I suggest you subscribe to my blog. That way you will be the first to know when new Nachtexpress services are announced. And if as my subscriber you ever book on the Nachtexpress, just let me know. Perhaps you'll see me on the train too. 

I'll leave you with this video by vlogger Superalbs Travels in which he beautifully captures the entire experience.

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About the Author

After crisscrossing Europe for 6 years as a train conductor, I guide intrepid travellers roaming Europe by rail.

  • Simon says:

    They have USB sockets? That’s great. None of the JR Shinkansens in Japan had them, which irritated me.

    Hope the new night train is successful though possibly a little pricey for a couchette? Anyway, the more night trains, the better! Might be an option for a future trip to Europe.

    If you need a new challenge after this, come and start a night train in New Zealand. We don’t even have one.

    • Edward says:

      Yes, they have USB sockets. I do wonder how long USB is going to be a standard. Thanks for the tip about New Zealand! Thank you for reading an commenting. Stay safe, and I hope you can come to Europe again soon.

  • Viktoria says:

    This is so exciting. When this Covid19 mess is over, and Germany can safely allow Americans back in country, I will definitely take the AlpenSylt Nacht train. I have been on the Munich to Paris and Frankfurt to Vienna DB night trains. These new trains look so much nicer. Good luck to you and all your colleagues.

    • Edward says:

      Thank you, Viktoria, for commenting! Yes, I hope it all passes soon and Americans can come to us again. Get in touch when you’ve made it over here!

  • Charles J Krueger says:

    Where is the schedule published?

  • cyberT says:

    The investment has to be in customer service and rolling stock innovation – such as self-cleaning sleeping pods fitted in coaches. Night train operators appear to be stuck in a cabin nostalgia that recommissions old stock or deploys outmoded coach design, time to reimagine and redesign the twilight trains.

    thello veteran, paris-milano-paris 2018&19 🙂

    • Edward says:

      I’m totally with you over innovation. What I can’t see is how sleeping pods can be self-cleaning. Say someone opens a #beerontrains in their pod and it goes everywhere?

      As for “cabin nostalgia” – it takes years to design and commission new carriages, so for the moment we are stuck with what we’ve got. It will be interesting to see how the pods pan out on the new Nightjet.

      The innovation cycle of trains is much slower than that of, say, mobile devices. The fashions and whims of today’s consumer move much more quickly. When the new Nightjet stock comes with its USB-chargers, €10 say that they will be out of date.

      Thank you for commenting!

      • cyberT says:

        Ok will concede that €10.

        The Thello night train cancellation was a bit of a loss for our 2020 UK-Italy journey. The effect necessitated stopovers in both Paris and Milan on route to Rome and on the return journey (Milan/Ventimiglia – Ventimiglia/Nice – Nice/Paris) a stopover in Nice.

        Any news of the Paris to Venice night train being reinstated in 2021? Otherwise Frankfurt – Salzburg and then a connection onwards to Venice maybe an interesting travel option!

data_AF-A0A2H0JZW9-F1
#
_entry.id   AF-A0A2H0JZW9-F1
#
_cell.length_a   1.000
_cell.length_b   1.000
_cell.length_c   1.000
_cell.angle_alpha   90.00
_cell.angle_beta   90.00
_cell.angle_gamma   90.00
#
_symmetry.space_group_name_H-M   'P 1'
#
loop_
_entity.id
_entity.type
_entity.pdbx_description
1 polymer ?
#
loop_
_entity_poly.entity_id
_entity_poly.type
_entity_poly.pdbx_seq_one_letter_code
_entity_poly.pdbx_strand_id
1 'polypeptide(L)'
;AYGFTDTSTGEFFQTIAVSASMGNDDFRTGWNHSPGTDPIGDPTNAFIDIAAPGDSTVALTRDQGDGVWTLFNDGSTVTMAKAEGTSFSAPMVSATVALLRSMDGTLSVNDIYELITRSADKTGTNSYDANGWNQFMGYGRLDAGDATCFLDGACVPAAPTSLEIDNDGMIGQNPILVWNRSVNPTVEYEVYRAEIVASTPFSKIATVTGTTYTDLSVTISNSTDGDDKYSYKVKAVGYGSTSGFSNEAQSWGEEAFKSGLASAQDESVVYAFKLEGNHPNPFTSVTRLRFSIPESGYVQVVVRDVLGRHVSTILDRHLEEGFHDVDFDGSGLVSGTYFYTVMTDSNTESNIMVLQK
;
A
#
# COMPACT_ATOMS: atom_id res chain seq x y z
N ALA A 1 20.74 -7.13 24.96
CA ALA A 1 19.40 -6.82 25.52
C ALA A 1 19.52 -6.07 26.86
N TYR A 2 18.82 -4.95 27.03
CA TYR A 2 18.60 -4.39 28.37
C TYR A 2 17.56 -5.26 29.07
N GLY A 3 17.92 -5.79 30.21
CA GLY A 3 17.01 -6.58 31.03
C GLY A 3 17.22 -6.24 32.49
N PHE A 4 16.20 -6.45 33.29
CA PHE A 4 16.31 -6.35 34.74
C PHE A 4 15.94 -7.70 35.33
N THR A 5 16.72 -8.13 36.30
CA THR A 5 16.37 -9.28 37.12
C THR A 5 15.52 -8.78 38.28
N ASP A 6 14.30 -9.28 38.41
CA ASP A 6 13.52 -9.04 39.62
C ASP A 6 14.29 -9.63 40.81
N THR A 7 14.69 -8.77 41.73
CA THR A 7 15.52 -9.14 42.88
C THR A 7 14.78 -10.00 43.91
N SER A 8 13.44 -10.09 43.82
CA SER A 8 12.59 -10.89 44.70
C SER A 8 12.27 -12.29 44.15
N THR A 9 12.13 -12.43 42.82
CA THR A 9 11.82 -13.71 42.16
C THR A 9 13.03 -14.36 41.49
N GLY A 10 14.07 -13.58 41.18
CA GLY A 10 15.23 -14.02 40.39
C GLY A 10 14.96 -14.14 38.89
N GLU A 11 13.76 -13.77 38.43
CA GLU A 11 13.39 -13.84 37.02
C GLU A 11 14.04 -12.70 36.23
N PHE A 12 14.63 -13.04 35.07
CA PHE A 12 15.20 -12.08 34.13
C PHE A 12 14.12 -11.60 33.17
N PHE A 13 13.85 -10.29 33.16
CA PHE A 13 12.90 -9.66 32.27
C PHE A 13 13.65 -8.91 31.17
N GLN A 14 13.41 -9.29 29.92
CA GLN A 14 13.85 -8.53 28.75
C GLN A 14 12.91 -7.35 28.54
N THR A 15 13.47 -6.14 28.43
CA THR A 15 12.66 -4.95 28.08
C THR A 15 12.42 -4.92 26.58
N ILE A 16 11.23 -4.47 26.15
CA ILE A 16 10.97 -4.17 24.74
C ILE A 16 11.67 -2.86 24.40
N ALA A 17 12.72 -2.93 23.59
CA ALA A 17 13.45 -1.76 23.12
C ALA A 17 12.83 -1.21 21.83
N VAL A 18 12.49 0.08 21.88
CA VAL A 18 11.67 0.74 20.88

Can I say a big thank you to the train manager on the 07/08/20, 14:42 Paris-Milan train who checked our temperature and communicated a sincere concern for our welfare.

  • Debbie Humphrey says:

    hi, great to hear of even more night trains coming back in, it’s a shame they ever left though understandable given the high-speed day trains and cheap flights.

    what i don’t understand are seated carriages on night trains, what a nightmare to be in a chair, even if it has partial recline! is it really to offer a super low cost option and hey, one extra carriage won’t cost that much more? or is it some law or regulation?

    • Edward says:

      Hi Debbie,

      Thank you for your interesting comment.

      God knows I’d do almost anything to avoid a seated car on a night train. The reason there are seated carriages is because there are people who want them. Often the seated cars are sold out first.

      Russian trains usually have three classes of carriage on night trains, and even the lowest category, platskart, allows you to lie down. Platskart is an open-plan sleeping car.

      Thanks for reading and commenting!

  • Thorsten says:

    Hi Edward,

    thanks for this article. I´m planing a short trip to the middle of nowhere south of Stuttgart in June 2021. On my way theire I´m taking the ÖBB Nightjet, getting of at Augsburg. But on the return journey the Nightjet would be too late in Hamburg (at around 9:30a.m.) to go directly to work on that monday. So I thought I would have to take a domestic flight from Stuttgart back home. Just a day later I got the email by Alpen-Sylt Nachtexpress stating that the trains can now be booked for the 2021 season. In fact theire is a Alpen-Sylt Nachtexpress train that night leaving Böblingen (south of Stuttgart) in the evening and arriving in Hamburg at 8 a.m. (what´s perfect for me to go directly to work).
    I would have never known about this connection hadn´t I read this article…

    [By the way, I intended to join your “Rail Guide Europe club”, but I didn´t get any mail after entering my email adress…]

    • Edward says:

      Hi Thorsten,

      Thank you for your comment! I’m glad the article was of use to you. I’m sorry to hear that you haven’t received the email confirming you joined the Rail Guide Europe club. Have you checked your spam folder? It’s usually easy to join. Best wishes.

      • Thorsten says:

        Hi Edward,
        after 3 unsuccessful attempts to join your “Rail Guide Europe club” I just gave it a 4th try and this time it worked…
        Thanks again for all those informations you put together on this site.